Adaptogens, however, aren’t the only supplements that help counteract burnout. The following can provide the HPA axis (and especially the adrenals) with the tools it needs to heal and thrive. A key sign that adrenal burnout is present is getting irritable when hungry (“hangry”). That’s when adrenal support is especially critical.
Adrenal glandular extract. If you are experiencing adrenal exhaustion due to burnout, consider an adrenal glandular extract. Adrenal glandulars contain many beneficial substances and supply the raw materials that your adrenal glands need to heal. But because supplemental glandulars are derived from cows, it is critical to obtain a pure, safe source with guaranteed potency. Check the supplement label for a glandular derived from free-range-raised Argentinian cattle to ensure the highest-quality adrenal extract.
B vitamins. Because chronic stress depletes the body’s vitamin B levels, supplementing with a comprehensive array of this family of nutrients can support mood and energy in those with burnout. In one study review that appeared in the journal Nutrients, researchers found that supplementing with the Bs was especially beneficial for boosting mood in people at high risk for burnout. Pantothenic acid (vitamin B5) is especially important.
Dehydroepiandrosterone (DHEA) is a precursor hormone produced by the adrenal glands and it’s the building block from which estrogen and testosterone are made. But as critical as DHEA is, burnout can lead to its depletion. One reason for this is that, as cortisol levels go up, DHEA levels go down. Making matters worse, DHEA production declines with age. However, maintaining healthy DHEA levels through supplementation can help neutralize cortisol’s immune-suppressing effect, thereby improving your resistance to stress. As a bonus, DHEA has been shown to decrease cholesterol, boost immunity, increase the sensitivity of cells to insulin, improve cognition, protect bone density, enhance mood, and boost libido.
Licorice root supports healthy levels of stress hormones, especially cortisol. Studies have found that licorice prolongs the half-life of cortisol by inhibiting an enzyme known as 11 beta-hydroxysteroid dehydrogenase. This, in turn, prevents the release of substances in the body that cause inflammation. One human study found that licorice supports healthy adrenal function by increasing cortisol levels in healthy women. Another small crossover study of 20 healthy men and women found that supplementing with licorice extract for one week also increased DHEA levels.
Rehmannia supports the HPA axis during times of prolonged stress. According to Chinese Medical Herbology and Pharmacology, rehmannia influences the way cortisol interacts with the pituitary gland, preventing damage to the pituitary gland and the adrenals. Other research suggests that rehmannia not only balances the HPA axis, it also supports healthy BDNF levels and helps prevent—and possibly even reverse—the depression commonly experienced during burnout.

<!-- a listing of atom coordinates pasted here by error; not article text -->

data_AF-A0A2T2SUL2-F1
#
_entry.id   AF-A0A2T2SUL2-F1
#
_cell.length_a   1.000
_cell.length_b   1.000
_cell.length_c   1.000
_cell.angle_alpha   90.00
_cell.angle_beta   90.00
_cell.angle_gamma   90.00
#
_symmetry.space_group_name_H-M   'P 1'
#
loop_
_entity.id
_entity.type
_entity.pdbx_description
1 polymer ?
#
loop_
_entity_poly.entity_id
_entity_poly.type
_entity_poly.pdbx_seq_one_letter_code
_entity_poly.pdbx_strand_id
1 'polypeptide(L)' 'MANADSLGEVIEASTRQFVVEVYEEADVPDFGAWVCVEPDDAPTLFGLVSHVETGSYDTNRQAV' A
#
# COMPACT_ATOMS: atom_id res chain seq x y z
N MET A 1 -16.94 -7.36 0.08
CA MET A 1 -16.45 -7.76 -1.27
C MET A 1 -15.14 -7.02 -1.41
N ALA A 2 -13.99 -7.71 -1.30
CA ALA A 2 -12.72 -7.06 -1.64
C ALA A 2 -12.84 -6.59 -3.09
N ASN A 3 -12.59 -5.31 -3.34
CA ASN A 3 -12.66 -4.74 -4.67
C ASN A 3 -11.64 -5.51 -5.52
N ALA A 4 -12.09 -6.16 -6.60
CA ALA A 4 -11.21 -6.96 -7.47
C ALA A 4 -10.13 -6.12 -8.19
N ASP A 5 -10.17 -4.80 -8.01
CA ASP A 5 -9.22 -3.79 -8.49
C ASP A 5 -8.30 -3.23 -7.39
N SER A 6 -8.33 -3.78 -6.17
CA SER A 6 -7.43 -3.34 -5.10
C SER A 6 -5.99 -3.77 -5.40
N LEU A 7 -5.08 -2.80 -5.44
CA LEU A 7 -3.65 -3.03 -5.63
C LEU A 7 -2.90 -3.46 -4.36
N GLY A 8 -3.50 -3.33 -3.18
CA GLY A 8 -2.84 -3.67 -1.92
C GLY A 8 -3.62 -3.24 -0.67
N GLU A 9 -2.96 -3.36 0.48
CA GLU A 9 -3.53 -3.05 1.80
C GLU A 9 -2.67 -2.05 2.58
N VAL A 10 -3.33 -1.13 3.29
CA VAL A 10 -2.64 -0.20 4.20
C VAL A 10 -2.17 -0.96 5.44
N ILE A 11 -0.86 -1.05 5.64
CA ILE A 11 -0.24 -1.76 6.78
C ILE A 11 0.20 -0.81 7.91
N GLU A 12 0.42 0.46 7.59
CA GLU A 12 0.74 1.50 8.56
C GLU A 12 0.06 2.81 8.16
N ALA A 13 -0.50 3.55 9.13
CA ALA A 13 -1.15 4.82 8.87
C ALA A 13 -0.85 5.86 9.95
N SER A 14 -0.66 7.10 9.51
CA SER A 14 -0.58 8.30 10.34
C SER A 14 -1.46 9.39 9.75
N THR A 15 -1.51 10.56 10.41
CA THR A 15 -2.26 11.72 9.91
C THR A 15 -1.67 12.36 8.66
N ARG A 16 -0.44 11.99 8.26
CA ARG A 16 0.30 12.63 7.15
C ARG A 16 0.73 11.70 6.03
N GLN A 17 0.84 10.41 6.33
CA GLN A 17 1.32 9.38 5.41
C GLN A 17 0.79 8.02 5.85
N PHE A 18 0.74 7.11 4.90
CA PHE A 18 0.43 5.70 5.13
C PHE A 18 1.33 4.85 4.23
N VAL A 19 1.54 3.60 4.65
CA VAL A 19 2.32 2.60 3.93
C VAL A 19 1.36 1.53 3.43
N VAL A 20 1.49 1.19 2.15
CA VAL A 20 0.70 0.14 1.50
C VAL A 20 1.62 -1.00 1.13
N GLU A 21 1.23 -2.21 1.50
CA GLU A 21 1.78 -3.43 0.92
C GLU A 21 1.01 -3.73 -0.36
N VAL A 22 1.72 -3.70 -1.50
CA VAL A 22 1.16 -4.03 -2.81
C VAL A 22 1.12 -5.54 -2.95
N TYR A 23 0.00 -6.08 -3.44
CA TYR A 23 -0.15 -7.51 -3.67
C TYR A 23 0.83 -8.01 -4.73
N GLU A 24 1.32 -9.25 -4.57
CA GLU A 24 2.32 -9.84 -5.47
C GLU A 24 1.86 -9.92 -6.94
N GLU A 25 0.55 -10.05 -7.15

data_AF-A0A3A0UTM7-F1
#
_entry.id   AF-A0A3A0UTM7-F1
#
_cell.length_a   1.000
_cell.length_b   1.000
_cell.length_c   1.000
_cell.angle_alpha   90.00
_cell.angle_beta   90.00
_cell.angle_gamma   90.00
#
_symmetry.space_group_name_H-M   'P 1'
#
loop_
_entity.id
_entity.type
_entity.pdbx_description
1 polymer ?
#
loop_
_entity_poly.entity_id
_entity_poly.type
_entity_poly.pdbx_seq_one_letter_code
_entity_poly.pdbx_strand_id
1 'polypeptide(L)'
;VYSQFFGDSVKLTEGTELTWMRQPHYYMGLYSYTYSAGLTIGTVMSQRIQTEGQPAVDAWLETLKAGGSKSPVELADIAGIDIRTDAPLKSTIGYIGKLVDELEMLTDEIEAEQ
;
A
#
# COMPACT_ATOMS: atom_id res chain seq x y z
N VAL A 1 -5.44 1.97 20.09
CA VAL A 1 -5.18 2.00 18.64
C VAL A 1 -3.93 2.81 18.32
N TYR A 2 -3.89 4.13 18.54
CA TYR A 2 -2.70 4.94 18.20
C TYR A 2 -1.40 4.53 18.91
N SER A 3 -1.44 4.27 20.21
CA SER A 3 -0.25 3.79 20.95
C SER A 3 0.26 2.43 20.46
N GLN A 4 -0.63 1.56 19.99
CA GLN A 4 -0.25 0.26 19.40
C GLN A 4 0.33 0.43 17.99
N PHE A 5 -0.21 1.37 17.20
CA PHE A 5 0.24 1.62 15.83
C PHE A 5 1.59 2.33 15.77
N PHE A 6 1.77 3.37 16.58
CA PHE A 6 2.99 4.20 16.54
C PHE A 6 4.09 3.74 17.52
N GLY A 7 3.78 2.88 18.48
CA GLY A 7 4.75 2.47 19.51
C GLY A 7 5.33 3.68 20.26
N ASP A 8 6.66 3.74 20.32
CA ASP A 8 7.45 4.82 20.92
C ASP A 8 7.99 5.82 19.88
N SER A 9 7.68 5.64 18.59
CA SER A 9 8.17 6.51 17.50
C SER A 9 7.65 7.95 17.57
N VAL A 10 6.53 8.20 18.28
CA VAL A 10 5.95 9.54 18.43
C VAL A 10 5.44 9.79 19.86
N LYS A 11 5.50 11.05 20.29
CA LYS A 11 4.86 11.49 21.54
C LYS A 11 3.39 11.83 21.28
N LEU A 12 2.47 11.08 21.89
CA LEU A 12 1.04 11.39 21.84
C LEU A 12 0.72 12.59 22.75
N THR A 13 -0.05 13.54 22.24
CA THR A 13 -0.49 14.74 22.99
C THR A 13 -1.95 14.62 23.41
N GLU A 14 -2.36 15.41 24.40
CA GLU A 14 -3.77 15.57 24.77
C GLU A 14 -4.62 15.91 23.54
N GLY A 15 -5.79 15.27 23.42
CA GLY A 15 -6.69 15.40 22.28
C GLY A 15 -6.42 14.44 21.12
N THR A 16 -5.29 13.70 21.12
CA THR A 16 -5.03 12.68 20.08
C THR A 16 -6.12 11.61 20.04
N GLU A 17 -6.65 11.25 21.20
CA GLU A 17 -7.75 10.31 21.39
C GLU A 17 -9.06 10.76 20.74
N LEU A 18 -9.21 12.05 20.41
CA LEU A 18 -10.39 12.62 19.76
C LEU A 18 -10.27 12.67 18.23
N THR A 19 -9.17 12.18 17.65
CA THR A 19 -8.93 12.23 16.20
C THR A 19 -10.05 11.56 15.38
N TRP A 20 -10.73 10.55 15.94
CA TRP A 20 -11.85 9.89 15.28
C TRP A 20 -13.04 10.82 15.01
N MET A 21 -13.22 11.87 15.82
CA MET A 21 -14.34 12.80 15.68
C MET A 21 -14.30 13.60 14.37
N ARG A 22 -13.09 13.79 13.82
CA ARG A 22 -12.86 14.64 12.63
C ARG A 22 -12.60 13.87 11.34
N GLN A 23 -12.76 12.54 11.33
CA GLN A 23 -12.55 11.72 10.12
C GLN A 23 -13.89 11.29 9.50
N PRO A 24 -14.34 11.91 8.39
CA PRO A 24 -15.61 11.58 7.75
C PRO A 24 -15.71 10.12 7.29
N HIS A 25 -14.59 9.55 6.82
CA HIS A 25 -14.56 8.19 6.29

8 Healthy Habits to Prevent Burnout
If you find that you’re starting to experience chronic stress, try adding these strategies to your daily routine. If these changes—along with the supplements listed here—don’t provide relief, it’s wise to get professional help to recharge your life and reset your internal GPS.
- Develop strategies to nip stress in the bud. A good place to start? Learn to meditate for at least 20 minutes per day.
- Avoid indulging in unhealthy habits. Stress, especially unrelenting stress, can increase your vulnerability to alcohol, recreational drugs, and tobacco use. While these substances might provide temporary relief, over time they can worsen burnout.
- Eat a nutrient-dense diet. Burnout can deplete many critical nutrients such as magnesium and the B vitamins. A healthy diet filled with fruits, vegetables, healthy fats, and high-quality protein can help maintain healthy nutrient levels, even in the face of burnout.
- Get moving. Exercise has been shown to increase brain-derived neurotrophic factor (BDNF) levels in the brain. This matters, because BDNF protects the neurons that transmit information to every part of your body, including the brain itself.
- Sleep well. Poor sleep is one of the hallmarks of burnout. Make sleep a priority by improving your sleep hygiene. Strive to get seven to nine hours of quality sleep each night.
- Foster healthy relationships. Cultivating supportive relationships can help you feel valued, heard, and understood, especially during times of stress.
- Learn to say “no.” These two little letters can go a long way toward preventing you from becoming overwhelmed by life’s demands. Simply saying “no” helps you set personal boundaries and provides a sense of control over your life.
- Make a list of where you put your energy and attention. Have two columns: In the left column, list those things that don’t feel good. In the right column, place things that do feel good and exciting. Instead of focusing your energy on the things that don’t feel good, focus on those that you feel good and passionate about. That will help take you to the place your psyche is seeking to attain!